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dc.contributor.authorLapola, David M.
dc.contributor.authorSilva, Jose Maria C. da
dc.contributor.authorBraga, Diego R. [UNESP]
dc.contributor.authorCarpigiani, Larissa [UNESP]
dc.contributor.authorOgawa, Fernanda [UNESP]
dc.contributor.authorTorres, Roger R.
dc.contributor.authorBarbosa, Luis C. F.
dc.contributor.authorOmetto, Jean P. H. B.
dc.contributor.authorJoly, Carlos A.
dc.date.accessioned2020-12-10T19:37:37Z
dc.date.available2020-12-10T19:37:37Z
dc.date.issued2019-10-01
dc.identifierhttp://dx.doi.org/10.1111/cobi.13405
dc.identifier.citationConservation Biology. Hoboken: Wiley, v. 34, n. 2, p. 427-437, 2020.
dc.identifier.issn0888-8892
dc.identifier.urihttp://hdl.handle.net/11449/196222
dc.description.abstractBrazil hosts the largest expanse of tropical ecosystems within protected areas (PAs), which shelter biodiversity and support traditional human populations. We assessed the vulnerability to climate change of 993 terrestrial and coastal-marine Brazilian PAs by combining indicators of climatic-change hazard with indicators of PA resilience (size, native vegetation cover, and probability of climate-driven vegetation transition). This combination of indicators allows the identification of broad climate-change adaptation pathways. Seventeen PAs (20,611 km(2)) were highly vulnerable and located mainly in the Atlantic Forest (7 PAs), Cerrado (6), and the Amazon (4). Two hundred fifty-eight PAs (756,569 km(2)), located primarily in Amazonia, had a medium vulnerability. In the Amazon and western Cerrado, the projected severe climatic change and probability of climate-driven vegetation transition drove vulnerability up, despite the generally good conservation status of PAs. Over 80% of PAs of high or moderate vulnerability are managed by indigenous populations. Hence, besides the potential risks to biodiversity, the traditional knowledge and livelihoods of the people inhabiting these PAs may be threatened. In at least 870 PAs, primarily in the Atlantic Forest and Amazon, adaptation could happen with little or no intervention due to low climate-change hazard, high resilience status, or both. At least 20 PAs in the Atlantic Forest, Cerrado, and Amazonia should be targeted for stronger interventions (e.g., improvement of ecological connectivity), given their low resilience status. Despite being a first attempt to link vulnerability and adaptation in Brazilian PAs, we suggest that some of the PAs identified as highly or moderately vulnerable should be prioritized for testing potential adaptation strategies in the near future.en
dc.description.sponsorshipFundação de Amparo à Pesquisa do Estado de São Paulo (FAPESP)
dc.description.sponsorshipUniversity of Miami
dc.description.sponsorshipSwift Action Fund
dc.format.extent427-437
dc.language.isoeng
dc.publisherWiley-Blackwell
dc.relation.ispartofConservation Biology
dc.sourceWeb of Science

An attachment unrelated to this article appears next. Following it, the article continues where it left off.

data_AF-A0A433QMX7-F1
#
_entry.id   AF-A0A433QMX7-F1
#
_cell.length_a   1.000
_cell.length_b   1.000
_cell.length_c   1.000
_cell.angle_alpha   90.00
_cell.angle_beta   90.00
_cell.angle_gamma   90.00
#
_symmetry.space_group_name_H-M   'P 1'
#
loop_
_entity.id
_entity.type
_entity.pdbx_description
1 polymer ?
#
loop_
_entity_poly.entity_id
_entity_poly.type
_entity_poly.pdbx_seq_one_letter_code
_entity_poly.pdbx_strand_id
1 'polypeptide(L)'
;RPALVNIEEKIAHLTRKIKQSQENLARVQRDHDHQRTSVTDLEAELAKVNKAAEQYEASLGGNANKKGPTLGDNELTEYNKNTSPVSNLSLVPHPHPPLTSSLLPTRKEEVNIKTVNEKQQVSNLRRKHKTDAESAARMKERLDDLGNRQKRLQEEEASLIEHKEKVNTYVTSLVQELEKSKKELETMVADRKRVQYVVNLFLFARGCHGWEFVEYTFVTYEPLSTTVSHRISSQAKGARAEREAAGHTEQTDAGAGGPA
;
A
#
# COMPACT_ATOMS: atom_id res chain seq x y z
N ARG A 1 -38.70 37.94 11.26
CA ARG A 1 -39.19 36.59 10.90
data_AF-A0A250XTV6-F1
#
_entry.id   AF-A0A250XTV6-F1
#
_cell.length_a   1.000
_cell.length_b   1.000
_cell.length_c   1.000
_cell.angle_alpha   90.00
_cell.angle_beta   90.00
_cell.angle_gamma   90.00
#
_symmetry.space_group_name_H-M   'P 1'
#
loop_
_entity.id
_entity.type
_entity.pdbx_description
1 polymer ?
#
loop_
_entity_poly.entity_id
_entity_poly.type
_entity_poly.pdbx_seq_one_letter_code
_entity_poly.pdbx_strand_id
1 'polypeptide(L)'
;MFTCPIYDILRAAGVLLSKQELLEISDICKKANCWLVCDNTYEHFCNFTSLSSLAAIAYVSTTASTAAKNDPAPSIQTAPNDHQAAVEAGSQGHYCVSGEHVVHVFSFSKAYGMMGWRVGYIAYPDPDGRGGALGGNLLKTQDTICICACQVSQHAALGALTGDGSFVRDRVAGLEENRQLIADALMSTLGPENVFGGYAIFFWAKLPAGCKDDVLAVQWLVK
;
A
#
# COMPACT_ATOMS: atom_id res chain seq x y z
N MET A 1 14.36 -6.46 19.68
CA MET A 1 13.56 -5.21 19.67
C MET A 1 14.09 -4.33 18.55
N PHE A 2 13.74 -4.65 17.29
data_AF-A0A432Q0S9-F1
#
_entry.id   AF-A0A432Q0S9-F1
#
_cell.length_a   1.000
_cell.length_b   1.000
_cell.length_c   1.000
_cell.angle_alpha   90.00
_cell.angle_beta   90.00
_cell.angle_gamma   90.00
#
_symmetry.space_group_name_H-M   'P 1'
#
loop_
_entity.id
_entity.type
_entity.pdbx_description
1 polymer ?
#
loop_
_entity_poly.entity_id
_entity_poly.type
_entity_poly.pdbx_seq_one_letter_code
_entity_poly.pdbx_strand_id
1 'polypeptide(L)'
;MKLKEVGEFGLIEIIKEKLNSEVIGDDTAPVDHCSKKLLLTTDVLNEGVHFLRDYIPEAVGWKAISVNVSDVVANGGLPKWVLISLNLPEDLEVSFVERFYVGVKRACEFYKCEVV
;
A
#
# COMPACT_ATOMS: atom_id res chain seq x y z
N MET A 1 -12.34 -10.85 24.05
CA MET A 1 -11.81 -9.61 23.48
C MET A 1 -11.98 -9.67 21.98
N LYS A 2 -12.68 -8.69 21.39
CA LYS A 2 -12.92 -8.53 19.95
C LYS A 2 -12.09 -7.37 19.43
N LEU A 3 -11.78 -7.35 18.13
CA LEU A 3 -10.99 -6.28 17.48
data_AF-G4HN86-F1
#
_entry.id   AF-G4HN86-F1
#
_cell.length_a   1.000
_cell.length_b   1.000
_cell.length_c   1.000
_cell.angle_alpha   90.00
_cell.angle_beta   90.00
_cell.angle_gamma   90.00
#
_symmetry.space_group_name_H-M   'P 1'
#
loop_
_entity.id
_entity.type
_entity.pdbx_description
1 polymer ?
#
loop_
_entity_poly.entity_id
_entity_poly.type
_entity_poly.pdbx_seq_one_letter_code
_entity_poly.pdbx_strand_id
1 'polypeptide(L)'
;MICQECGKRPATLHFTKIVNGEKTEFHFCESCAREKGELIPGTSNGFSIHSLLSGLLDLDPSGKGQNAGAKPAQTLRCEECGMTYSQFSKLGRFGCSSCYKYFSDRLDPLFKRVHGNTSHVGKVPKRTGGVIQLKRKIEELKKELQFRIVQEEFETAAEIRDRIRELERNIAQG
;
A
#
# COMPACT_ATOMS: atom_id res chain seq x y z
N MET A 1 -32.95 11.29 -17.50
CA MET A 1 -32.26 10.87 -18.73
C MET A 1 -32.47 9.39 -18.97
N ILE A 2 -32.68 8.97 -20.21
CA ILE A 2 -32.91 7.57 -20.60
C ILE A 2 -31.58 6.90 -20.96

dc.subjectbiodiversity conservation
dc.subjectbiome
dc.subjectCaatinga
dc.subjectindigenous land
dc.subjectPantanal
dc.subjectregional climate-change index
dc.subjectsustainable use
dc.subjectBioma
dc.subjectconservacion de la biodiversidad
dc.subjectindice de cambio climatico regional
dc.subjecttierras indigenas
dc.subjectuso sustentable
dc.titleA climate-change vulnerability and adaptation assessment for Brazil's protected areasen
dc.typeArtigo
dcterms.licensehttp://olabout.wiley.com/WileyCDA/Section/id-406071.html
dcterms.rightsHolderWiley-Blackwell
dc.contributor.institutionUniversidade Estadual de Campinas (UNICAMP)
dc.contributor.institutionUniv Miami
dc.contributor.institutionUniversidade Estadual Paulista (UNESP)
dc.contributor.institutionUniv Fed Itajuba
dc.contributor.institutionConservacao Int Brasil
dc.contributor.institutionNatl Inst Space Res
dc.description.affiliationUniv Estadual Campinas, Ctr Meteorol & Climat Res Appl Agr, BR-13083886 Campinas, SP, Brazil
dc.description.affiliationUniv Miami, Dept Geog & Reg Studies, Coral Gables, FL 33124 USA
dc.description.affiliationSao Paulo State Univ, Dept Ecol, BR-13506900 Rio Claro, SP, Brazil
dc.description.affiliationUniv Fed Itajuba, Nat Resources Inst, BR-37500903 Itajuba, MG, Brazil
dc.description.affiliationConservacao Int Brasil, Rua Antonio Barreto,130-4 Andar, BR-66055050 Belem, Para, Brazil
dc.description.affiliationNatl Inst Space Res, Ctr Earth Syst Sci, BR-12227010 Sao Jose Dos Campos, SP, Brazil
dc.description.affiliationUniv Estadual Campinas, Dept Plant Biol, BR-13083970 Campinas, SP, Brazil
dc.description.affiliationUnespSao Paulo State Univ, Dept Ecol, BR-13506900 Rio Claro, SP, Brazil
dc.identifier.doi10.1111/cobi.13405
dc.identifier.wosWOS:000488581100001
dc.description.sponsorshipIdFAPESP: 2012/08250-3
dc.description.sponsorshipIdFAPESP: 2014/50627-2
dc.description.sponsorshipIdFAPESP: 2012/51872-5
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